Only joking, it didn't take a year but life got in the way of this project in quite a large way and I'm just getting back into it now. Pleased to be back!

    Progress is as per the photos from last year, suspended slab is ready for building the oven. Therefore in readiness to cut templates and start cutting materials, I wanted to check in with the experts and see if my plans stack up.
    I have revisited the arch design; we prefer the look of a semicircular arch so this version is around 22" wide and 12" tall.
    Considering the internal dome height is 20", the ratio is approximately 60% which should be ok?

    WRT the arch design itself, I am opting for a heat break, therefore will be building 2 distinct arches; the first that intersects the dome and a second which supports the chimney/flue. The second arch is 1.5 full bricks long, so I can use half bricks each side to create the flue gas opening on top. The outer arch looks to me quite long, but to be honest I don't hate the 'long tunnel'. If there are practical issues here let me know and I could use 1 full brick overall length, creating the opening using 1/4s or 1/3rd bricks instead?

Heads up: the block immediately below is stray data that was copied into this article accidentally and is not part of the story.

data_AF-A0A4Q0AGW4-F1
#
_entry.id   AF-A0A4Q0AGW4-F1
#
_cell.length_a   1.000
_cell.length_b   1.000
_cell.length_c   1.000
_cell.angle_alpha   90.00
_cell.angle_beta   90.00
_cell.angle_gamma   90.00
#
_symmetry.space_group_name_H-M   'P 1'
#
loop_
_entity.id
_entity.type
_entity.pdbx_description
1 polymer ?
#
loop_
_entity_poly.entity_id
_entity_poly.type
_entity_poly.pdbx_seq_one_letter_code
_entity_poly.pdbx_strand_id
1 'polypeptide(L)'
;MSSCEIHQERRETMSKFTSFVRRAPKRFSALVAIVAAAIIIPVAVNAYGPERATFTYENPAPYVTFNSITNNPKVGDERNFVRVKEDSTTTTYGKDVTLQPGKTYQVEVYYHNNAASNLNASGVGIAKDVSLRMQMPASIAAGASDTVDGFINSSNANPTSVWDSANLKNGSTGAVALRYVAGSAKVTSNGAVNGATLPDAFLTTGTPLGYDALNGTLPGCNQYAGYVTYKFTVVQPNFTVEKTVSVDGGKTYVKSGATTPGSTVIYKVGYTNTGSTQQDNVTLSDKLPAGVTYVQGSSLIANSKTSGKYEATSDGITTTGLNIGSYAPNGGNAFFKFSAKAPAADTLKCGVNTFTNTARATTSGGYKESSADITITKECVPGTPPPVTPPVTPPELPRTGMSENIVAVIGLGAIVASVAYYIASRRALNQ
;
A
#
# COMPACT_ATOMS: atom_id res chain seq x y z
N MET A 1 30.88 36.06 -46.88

In between the flue-supporting arch and the dome-intersecting arch will be stuffed (and backed with gasket sealant) fibre rope.
    Loads from the dome and the outer arches are therefore decoupled. This raises the question; is that a problem? From a thermal load perspective I suspect not, but structurally, will the outer arches support the flue sufficiently? I am worried about overturning caused by side loads on the flue, e.g. wind, or an adventurous child perhaps. Is it good practice to tie back the outer arch to the main structure?

    Thanks in advance, cheers all (pics / plans attached I hope)
    Attached Files
    Last edited by Frenchie; 05-25-2023, 11:12 AM.